Generational Transition for a Private Family-Owned Business

Business Case

The father and two sons of a $3 million family-owned business wanted to have a smooth and effective transition from one generation to the next. 

The company was a second-generation, family-owned business where multiple members from the second and third generations were involved. The company enjoyed a reputation for quality products and responsive service, and everyone wanted to ensure that this reputation would continue. The goal was to have the family members who were active in the business either occupy roles that played to their strengths and allow them to advance the company, or exit the business completely.

The family members needed to develop a buy/sell agreement to control and direct the stock between stockholders and the company from one generation to the next. They also needed to identify and develop talent at the third generation, providing opportunities for them to grow and add value to the business.

In addition, they needed to develop an infrastructure to support this growth without creating conflict or putting the business or family relationships in jeopardy.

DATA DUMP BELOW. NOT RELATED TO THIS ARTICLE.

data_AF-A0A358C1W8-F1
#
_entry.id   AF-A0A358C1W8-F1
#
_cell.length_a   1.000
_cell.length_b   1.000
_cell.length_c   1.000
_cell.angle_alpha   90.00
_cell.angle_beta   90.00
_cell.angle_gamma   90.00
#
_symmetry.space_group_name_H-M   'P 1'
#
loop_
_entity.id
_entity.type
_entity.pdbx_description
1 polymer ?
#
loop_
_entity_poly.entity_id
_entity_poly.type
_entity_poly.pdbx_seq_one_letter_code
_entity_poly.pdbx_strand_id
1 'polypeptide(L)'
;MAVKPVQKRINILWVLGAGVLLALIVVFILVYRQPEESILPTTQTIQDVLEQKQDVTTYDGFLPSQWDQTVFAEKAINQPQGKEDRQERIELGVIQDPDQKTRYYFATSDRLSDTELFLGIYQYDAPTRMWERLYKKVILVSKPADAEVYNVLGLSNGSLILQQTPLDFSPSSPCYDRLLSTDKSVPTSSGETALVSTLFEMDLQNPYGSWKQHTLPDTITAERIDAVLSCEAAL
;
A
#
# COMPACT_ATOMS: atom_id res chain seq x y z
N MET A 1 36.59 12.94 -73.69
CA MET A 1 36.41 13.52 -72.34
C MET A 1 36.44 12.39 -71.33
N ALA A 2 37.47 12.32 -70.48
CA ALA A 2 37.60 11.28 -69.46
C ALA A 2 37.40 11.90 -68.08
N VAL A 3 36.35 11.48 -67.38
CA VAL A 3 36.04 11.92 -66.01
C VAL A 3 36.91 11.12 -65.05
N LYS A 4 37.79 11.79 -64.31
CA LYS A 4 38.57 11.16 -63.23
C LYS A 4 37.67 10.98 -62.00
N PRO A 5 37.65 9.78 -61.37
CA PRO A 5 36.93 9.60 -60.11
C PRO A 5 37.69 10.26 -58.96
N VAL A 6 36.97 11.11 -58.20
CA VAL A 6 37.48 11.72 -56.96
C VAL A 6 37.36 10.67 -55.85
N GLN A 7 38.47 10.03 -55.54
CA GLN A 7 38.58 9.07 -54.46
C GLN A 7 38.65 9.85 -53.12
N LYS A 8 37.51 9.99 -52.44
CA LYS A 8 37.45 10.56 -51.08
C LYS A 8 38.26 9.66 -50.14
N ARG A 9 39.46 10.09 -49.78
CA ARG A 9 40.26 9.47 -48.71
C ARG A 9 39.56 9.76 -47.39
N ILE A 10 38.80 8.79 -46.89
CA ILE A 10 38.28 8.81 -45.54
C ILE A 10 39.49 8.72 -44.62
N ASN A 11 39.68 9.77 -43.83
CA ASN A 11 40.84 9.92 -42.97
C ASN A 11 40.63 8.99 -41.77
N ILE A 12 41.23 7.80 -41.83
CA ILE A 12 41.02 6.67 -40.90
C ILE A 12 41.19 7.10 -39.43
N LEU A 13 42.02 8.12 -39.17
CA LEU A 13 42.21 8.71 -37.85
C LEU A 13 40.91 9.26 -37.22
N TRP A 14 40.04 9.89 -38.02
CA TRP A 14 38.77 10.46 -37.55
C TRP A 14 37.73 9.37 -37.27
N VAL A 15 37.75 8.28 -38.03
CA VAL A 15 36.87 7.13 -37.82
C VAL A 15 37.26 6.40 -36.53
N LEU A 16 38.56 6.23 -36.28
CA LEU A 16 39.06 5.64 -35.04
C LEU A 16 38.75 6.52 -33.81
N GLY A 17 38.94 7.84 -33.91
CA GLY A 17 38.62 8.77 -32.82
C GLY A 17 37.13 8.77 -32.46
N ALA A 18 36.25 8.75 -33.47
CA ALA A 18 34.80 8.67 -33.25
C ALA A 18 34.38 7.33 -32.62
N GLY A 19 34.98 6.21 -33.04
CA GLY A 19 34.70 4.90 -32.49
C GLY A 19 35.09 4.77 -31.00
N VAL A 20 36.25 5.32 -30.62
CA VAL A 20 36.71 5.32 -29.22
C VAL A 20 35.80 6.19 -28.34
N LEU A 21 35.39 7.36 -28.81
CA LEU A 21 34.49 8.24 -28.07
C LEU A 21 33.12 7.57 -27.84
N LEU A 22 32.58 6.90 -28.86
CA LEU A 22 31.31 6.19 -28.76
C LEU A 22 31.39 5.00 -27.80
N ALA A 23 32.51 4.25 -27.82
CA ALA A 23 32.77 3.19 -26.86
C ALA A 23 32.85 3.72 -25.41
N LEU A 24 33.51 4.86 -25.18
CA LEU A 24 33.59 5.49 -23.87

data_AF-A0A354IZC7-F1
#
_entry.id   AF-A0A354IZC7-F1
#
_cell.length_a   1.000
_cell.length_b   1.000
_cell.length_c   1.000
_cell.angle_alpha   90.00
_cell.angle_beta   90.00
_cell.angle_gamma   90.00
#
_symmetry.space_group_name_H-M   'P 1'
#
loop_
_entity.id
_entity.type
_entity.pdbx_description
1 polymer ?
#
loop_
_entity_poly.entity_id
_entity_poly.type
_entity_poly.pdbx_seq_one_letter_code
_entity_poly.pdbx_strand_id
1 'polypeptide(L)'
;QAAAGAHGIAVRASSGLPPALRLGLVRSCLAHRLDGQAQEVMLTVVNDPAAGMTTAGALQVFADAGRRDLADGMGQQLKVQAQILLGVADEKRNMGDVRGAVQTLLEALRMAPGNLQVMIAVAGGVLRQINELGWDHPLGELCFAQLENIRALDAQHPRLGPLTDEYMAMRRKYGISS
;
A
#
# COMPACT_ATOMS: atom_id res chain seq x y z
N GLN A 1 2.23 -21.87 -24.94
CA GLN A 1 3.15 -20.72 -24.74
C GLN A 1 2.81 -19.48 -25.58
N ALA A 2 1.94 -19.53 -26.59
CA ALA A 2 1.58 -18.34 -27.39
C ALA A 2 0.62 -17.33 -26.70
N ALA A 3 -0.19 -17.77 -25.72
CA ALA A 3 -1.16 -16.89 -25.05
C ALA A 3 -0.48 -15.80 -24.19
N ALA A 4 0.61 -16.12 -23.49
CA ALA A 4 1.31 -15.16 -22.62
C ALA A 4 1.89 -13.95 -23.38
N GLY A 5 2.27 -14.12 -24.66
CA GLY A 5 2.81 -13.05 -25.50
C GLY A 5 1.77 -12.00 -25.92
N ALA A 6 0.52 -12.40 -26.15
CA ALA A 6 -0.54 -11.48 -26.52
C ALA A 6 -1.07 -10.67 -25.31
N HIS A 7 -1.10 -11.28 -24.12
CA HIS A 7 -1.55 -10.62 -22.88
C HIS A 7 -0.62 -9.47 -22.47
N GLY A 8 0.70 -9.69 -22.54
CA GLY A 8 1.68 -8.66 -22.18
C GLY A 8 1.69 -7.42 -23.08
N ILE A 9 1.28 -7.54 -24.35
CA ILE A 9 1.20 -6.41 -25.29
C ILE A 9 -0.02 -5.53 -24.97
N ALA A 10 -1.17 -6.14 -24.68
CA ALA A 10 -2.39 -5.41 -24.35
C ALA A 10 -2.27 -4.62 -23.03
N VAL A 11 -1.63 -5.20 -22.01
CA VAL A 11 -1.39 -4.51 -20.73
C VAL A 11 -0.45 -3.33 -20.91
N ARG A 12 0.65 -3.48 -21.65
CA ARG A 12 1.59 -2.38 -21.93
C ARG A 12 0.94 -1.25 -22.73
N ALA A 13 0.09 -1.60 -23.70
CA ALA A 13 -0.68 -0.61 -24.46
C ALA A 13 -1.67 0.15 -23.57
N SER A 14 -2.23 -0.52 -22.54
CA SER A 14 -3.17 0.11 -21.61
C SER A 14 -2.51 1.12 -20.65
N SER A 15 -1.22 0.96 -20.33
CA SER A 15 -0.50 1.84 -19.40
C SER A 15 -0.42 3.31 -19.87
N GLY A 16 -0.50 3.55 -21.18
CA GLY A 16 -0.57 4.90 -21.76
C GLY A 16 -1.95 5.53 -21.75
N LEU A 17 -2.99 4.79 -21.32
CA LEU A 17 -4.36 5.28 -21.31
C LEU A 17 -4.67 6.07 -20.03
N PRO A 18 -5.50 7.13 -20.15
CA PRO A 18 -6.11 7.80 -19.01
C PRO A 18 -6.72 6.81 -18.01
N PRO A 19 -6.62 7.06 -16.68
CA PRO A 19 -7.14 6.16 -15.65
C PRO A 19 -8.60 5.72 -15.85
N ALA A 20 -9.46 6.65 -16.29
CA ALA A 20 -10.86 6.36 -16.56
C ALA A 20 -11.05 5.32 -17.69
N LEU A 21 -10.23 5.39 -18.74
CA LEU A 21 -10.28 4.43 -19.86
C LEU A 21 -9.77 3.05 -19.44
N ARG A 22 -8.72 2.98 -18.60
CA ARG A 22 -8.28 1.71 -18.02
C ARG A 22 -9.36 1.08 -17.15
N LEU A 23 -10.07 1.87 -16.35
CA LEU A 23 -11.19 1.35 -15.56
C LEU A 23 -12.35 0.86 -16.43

CMA conducted an intergenerational transition process, conducting developmental assessments of potential successors and family employees, in conjunction with coaching and leadership development of the third generation.


Based on work with the company over several years, a buy/sell agreement was put in place. The roles and responsibilities were defined for some family members, while others pursued opportunities outside the family business. In addition, the newly developed next generation stepped up in terms of their leadership and strategic contribution to the business. Over a matter of 13 years, the company increased 13-fold in terms of revenue and increased its profit margins.